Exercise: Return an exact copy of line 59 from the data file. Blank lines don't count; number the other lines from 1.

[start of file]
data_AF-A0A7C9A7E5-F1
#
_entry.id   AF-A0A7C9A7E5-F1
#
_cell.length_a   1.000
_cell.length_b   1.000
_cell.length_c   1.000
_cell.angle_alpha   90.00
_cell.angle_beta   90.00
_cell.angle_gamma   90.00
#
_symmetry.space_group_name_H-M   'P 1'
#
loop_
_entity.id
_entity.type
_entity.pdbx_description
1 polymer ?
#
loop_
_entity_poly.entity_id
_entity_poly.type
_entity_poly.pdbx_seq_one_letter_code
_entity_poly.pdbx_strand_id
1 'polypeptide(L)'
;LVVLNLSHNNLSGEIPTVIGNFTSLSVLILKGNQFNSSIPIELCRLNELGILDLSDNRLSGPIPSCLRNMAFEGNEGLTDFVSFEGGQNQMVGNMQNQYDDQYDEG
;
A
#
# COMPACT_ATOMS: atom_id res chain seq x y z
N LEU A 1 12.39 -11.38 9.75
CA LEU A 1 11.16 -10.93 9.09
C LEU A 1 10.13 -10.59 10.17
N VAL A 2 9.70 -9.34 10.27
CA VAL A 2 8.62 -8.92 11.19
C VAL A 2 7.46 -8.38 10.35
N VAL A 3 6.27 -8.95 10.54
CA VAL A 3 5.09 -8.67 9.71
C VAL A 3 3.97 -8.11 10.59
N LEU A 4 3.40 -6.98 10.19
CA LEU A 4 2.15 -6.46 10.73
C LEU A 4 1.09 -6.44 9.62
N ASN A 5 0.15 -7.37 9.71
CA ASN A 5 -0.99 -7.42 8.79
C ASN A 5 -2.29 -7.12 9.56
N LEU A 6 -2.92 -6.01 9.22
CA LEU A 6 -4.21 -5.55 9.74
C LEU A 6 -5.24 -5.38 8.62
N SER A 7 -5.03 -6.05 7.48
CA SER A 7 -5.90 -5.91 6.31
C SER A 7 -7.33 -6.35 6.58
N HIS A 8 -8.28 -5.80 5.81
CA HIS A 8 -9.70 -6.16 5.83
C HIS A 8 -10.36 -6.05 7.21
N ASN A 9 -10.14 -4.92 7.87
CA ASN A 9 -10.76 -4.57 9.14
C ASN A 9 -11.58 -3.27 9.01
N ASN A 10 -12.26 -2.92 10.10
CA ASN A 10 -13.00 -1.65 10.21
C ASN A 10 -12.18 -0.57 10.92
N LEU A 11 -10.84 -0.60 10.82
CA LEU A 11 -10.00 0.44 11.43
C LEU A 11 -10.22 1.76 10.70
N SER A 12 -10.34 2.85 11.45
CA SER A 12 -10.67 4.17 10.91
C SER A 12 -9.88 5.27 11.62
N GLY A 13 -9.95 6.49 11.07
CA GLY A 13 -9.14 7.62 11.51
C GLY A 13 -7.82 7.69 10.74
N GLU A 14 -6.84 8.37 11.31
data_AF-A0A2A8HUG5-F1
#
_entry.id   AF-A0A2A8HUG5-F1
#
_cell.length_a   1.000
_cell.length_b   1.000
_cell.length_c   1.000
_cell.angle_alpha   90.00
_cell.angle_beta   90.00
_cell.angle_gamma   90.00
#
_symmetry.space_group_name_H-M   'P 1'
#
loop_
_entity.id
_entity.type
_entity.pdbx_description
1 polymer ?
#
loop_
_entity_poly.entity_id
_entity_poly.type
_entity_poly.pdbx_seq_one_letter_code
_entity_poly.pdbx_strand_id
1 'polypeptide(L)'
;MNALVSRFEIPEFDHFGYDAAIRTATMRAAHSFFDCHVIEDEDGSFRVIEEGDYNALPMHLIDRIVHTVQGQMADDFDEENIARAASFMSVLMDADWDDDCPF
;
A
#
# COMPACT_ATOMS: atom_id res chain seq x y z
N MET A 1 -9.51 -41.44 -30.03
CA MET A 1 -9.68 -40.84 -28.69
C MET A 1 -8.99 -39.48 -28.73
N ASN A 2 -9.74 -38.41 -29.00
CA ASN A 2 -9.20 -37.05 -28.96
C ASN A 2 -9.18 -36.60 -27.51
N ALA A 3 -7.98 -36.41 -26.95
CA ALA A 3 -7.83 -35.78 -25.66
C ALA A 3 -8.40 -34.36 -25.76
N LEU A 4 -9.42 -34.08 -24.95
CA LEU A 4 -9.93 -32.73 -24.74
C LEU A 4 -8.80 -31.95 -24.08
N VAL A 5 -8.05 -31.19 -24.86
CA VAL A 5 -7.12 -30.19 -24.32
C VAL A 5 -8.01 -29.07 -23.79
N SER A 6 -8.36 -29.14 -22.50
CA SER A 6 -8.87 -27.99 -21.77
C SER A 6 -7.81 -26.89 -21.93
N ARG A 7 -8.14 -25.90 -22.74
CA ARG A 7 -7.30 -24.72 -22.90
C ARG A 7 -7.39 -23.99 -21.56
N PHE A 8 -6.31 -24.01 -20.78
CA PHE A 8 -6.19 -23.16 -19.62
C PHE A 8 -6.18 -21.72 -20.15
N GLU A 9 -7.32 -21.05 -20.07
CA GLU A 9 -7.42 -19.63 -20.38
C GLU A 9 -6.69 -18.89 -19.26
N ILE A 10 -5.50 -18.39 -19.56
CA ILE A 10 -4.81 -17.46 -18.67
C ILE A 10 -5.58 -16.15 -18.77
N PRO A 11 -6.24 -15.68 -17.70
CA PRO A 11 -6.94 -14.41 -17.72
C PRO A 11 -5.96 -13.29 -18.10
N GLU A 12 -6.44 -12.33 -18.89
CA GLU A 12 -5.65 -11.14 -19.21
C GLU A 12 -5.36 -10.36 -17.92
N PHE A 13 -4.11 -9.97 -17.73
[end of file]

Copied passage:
CA ASN A 10 -13.00 -1.65 10.21